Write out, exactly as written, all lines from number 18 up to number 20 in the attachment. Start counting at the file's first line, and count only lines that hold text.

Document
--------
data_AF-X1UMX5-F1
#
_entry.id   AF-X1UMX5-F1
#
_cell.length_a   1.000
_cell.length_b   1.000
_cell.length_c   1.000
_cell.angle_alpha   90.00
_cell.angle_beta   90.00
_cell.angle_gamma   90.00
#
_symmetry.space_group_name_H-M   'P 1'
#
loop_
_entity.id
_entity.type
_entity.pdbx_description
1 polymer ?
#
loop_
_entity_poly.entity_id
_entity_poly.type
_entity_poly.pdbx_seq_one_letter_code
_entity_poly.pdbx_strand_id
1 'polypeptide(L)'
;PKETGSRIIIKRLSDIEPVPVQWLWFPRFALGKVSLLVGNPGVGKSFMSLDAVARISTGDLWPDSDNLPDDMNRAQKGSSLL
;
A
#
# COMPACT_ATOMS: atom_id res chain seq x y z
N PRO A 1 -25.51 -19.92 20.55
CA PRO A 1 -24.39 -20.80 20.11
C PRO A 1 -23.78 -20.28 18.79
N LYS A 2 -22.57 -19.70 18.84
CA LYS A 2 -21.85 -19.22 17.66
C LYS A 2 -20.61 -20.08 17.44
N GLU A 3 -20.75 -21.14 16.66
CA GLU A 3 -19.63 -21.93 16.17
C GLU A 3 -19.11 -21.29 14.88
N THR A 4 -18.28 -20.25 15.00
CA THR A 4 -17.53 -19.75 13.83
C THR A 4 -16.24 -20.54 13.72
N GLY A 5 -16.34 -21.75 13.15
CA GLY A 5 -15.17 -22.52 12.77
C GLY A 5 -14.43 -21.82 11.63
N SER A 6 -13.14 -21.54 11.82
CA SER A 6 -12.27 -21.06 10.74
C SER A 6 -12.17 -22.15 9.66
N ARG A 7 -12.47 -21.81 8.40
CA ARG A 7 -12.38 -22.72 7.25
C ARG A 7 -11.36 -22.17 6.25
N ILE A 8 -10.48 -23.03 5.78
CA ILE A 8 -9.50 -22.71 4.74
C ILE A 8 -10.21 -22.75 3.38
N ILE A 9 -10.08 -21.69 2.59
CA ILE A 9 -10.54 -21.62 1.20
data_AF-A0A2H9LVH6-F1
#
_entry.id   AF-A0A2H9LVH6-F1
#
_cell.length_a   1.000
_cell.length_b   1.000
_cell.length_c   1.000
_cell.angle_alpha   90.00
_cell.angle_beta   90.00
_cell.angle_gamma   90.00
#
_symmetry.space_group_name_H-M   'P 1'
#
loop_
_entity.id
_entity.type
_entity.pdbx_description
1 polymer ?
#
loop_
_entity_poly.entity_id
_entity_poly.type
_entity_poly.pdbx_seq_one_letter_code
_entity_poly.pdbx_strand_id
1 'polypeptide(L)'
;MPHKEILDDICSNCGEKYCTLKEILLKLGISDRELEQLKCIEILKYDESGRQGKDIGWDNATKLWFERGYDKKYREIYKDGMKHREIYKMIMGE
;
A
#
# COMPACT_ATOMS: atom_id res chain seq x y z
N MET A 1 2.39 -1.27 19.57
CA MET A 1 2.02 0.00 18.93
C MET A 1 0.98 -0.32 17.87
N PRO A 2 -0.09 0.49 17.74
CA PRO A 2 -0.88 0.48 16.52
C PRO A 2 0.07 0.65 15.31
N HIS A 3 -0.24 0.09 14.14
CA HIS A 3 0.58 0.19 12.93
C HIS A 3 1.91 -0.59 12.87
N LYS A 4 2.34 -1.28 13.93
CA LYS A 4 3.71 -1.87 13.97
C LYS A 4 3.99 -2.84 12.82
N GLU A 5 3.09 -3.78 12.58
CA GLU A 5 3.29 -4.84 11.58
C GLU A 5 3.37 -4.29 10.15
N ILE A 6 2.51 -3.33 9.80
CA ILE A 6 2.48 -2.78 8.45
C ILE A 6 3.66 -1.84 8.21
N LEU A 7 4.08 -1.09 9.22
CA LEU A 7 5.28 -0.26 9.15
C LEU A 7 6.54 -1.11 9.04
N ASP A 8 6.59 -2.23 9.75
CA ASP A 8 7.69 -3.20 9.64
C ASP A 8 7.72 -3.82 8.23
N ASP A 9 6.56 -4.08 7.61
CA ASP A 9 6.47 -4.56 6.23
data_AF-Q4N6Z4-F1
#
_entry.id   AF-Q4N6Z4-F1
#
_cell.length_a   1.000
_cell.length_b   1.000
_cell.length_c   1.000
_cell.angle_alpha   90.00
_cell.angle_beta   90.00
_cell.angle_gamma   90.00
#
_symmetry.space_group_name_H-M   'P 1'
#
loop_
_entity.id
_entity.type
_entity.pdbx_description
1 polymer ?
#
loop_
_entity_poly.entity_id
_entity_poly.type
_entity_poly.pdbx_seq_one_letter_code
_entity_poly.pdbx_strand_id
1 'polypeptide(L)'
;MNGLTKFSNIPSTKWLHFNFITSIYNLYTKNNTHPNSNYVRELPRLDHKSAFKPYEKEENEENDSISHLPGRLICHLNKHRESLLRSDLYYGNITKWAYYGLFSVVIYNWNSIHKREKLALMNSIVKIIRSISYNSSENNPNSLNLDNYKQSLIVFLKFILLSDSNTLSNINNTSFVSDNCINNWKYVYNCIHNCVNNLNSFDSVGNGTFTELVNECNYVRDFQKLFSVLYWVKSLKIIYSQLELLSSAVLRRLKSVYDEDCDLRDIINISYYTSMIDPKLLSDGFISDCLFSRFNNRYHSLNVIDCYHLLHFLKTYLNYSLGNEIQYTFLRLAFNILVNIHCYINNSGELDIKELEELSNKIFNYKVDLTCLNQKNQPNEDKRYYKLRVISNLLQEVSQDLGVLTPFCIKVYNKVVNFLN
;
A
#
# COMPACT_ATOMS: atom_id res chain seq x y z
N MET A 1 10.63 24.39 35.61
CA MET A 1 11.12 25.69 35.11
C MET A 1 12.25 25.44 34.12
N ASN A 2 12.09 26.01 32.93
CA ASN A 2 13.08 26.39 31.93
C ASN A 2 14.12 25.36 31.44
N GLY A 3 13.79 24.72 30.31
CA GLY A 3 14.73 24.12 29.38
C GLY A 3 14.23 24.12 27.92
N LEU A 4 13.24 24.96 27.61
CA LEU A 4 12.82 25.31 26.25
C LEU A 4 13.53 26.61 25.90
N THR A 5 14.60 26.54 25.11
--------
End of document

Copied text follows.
1 polymer ?
#
loop_